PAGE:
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Bird flu, reported in four more counties, on the rise in Utah

By Jamie Lampros - Special to the Standard-Examiner | May 31, 2022

BENJAMIN ZACK, Standard-Examiner file photo

Chickens on a family farm in West Haven are pictured Friday, April 21, 2017.

Avian flu has been found in 10 wild birds across the state, and that has officials very concerned.

The first case was discovered in April in Cache County but has now spread to Weber, Tooele, Salt Lake and Carbon counties, according to the Utah Division of Wildlife Resources.

Some of the birds confirmed to have died from the virus include a Canada goose and two pelicans found on the shore of Scofield Reservoir in Carbon County between May 13-16. A lab in Logan found highly pathogenic avian influenza in each of the birds, which is extremely contagious and carries a high mortality rate in domestic birds including chickens, turkeys and domestic ducks. The viruses can kill wild birds as well, typically infecting hawks, raptors, waterfowl, owls, ravens and vultures.

“If anyone finds a group of five or more dead waterfowl or shorebirds or any individual dead scavengers or raptors, they should report it to the nearest DWR office and absolutely make sure not to touch the birds or pick them up,” said Ginger Stout, a DWR veterinarian. “Just report it to us, and we will come collect them for testing.”

The virus is spread through nasal and oral discharge and fecal droppings. It can also be spread to backyard poultry and domestic birds through contaminated shoes or vehicles.

“Waterfowl and shore birds have evolved with the virus, so they rarely die from it, but they carry it and can spread it to other birds,” Stout said. “So anything that comes into contact with them, like domestic poultry or other wild birds, can cause them to become infected and it has a very high mortality rate in those birds. Domestic birds will usually start showing symptoms fairly quickly.”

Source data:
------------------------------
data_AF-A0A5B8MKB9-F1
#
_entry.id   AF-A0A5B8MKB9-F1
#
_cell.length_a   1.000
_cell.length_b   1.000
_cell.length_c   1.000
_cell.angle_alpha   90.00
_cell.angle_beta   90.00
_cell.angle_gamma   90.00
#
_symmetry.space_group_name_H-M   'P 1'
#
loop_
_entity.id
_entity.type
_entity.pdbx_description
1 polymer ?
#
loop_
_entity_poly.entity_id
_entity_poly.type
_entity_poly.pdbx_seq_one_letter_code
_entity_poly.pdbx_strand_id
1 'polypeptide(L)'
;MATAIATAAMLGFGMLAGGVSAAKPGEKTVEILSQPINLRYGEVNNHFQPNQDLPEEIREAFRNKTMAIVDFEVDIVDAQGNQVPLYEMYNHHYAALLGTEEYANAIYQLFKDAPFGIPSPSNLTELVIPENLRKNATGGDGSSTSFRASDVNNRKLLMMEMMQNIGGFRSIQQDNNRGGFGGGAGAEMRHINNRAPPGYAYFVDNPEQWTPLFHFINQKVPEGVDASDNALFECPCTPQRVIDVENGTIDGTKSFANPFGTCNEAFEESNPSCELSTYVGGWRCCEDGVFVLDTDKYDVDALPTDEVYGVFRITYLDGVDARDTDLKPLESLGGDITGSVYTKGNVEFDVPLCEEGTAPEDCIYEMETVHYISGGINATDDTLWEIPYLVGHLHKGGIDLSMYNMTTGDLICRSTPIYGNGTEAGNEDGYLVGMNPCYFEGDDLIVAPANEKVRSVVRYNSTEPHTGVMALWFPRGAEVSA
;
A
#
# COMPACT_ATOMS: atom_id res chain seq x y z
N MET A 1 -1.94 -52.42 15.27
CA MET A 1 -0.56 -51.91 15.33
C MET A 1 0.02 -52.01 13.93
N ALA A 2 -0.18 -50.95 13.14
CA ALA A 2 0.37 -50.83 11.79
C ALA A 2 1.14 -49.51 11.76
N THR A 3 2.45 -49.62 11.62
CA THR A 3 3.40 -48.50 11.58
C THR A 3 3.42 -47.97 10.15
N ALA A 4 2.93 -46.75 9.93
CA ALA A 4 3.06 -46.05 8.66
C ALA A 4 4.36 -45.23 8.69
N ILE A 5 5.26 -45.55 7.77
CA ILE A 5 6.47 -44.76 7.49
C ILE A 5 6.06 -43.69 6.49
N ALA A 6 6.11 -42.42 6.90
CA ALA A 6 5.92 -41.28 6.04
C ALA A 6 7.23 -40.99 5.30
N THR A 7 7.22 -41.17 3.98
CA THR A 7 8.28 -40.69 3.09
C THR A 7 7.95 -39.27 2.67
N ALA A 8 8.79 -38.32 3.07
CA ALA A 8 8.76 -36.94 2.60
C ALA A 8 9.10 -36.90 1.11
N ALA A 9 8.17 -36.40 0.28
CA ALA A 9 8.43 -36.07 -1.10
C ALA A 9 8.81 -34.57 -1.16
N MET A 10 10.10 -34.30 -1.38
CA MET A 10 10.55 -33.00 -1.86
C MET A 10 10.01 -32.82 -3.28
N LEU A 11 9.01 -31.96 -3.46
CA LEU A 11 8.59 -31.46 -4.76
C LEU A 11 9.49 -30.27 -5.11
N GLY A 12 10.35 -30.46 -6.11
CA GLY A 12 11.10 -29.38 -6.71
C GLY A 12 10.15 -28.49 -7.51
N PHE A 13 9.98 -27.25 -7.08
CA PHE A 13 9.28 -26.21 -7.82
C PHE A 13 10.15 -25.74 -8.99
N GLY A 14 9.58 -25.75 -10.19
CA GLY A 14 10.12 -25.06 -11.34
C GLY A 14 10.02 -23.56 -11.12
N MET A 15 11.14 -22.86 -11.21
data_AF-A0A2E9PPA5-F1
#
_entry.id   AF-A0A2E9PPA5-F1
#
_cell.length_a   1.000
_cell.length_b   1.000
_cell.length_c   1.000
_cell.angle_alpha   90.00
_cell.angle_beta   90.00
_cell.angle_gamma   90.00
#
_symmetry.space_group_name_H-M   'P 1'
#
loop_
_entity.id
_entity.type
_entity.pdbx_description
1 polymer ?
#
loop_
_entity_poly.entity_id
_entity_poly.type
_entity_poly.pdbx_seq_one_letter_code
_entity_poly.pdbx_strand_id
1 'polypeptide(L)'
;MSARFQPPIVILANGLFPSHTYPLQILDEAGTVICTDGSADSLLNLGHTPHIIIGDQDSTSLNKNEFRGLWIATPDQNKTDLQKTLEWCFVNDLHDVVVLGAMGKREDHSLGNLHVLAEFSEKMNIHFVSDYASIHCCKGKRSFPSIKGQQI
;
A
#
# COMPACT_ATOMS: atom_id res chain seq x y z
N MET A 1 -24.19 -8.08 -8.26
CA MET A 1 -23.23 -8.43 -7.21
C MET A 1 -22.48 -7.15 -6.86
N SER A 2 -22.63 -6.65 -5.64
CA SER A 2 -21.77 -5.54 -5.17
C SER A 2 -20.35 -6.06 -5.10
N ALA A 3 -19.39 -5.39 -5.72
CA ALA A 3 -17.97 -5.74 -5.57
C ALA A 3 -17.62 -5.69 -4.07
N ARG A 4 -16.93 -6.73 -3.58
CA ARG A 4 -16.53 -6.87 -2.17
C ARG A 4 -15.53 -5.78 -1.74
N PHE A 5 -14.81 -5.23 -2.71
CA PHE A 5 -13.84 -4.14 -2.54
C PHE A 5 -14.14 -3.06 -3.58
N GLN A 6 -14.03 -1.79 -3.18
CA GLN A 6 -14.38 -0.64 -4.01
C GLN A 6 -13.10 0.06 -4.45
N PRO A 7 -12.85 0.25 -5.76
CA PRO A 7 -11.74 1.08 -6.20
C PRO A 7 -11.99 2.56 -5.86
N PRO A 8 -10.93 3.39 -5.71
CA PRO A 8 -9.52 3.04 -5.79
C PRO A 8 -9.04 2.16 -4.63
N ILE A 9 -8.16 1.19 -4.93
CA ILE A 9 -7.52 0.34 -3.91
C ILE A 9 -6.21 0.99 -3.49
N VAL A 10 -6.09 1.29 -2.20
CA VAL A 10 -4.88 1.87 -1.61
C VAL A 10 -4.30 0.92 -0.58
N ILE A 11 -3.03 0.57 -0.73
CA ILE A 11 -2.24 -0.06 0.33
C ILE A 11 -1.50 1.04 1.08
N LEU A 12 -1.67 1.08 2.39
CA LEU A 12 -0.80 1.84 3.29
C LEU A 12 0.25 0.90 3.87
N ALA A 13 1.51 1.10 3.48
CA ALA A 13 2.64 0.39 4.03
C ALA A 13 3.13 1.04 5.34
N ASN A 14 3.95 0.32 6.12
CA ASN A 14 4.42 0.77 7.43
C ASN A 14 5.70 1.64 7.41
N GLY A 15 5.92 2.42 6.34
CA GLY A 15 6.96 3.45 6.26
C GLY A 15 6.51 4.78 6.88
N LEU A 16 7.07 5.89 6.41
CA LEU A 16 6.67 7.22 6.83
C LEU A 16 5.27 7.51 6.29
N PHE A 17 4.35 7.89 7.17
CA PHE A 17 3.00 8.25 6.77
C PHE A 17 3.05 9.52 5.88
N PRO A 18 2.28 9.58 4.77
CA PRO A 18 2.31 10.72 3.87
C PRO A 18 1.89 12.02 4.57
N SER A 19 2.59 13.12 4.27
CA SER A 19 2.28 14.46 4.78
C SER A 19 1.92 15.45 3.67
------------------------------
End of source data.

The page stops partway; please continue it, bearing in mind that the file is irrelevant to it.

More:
Because songbirds are typically not affected by avian flu, people do not need to remove their bird feeders at this time unless they also have backyard chickens or domestic ducks, Stout said. If you live near a river or lake and have domestic poultry, be sure to fence off the area and keep them as far away as possible.

If you do have feeders and bird baths, always clean them regularly, at least once a week, Stout said. A solution of vinegar and water can be used to clean bird baths. Just be sure to rinse them well before filling them with fresh water.

Birds with the virus may show no symptoms. If symptoms are present, they can include lack of energy, appetite and coordination, coughing, sneezing and lower egg production.

Humans are at very low risk of contracting the current strain of the virus. However, it has been confirmed in at least one person in Colorado.

The virus is spread to humans when it gets into the eyes, nose or mouth, or is inhaled in droplets or dust, according the the Centers for Disease Control and Prevention. Asian lineages H7N9 and H5N1 are responsible for most human illnesses. Symptoms can range from mild to severe and can include fatigue, fever, eye infections, sore throat, muscle aches and cough. If you have symptoms, get prompt medical help.

You can protect yourself by limiting contact with wild birds or sick or dead poultry by wearing gloves and washing your hands with soap and water after touching birds. Wearing a medical face mask is also recommended by the CDC. However, avoiding direct contact with wild birds is strongly encouraged. Also, do not touch any surface that may be contaminated with saliva, mucous or feces from wild or domestic birds.

“We are continuing to monitor this virus in wild bird populations,” Stout said. “It typically doesn’t have much of an impact on the overall populations of waterfowl, but it’s likely that we will have some die now that it’s been confirmed in wild birds in the state.”

To report any symptoms of avian flu in domestic birds, contact the Utah Department of Agriculture and Food at 801-982-2200 Monday through Friday from 8 a.m. to 5 p.m.


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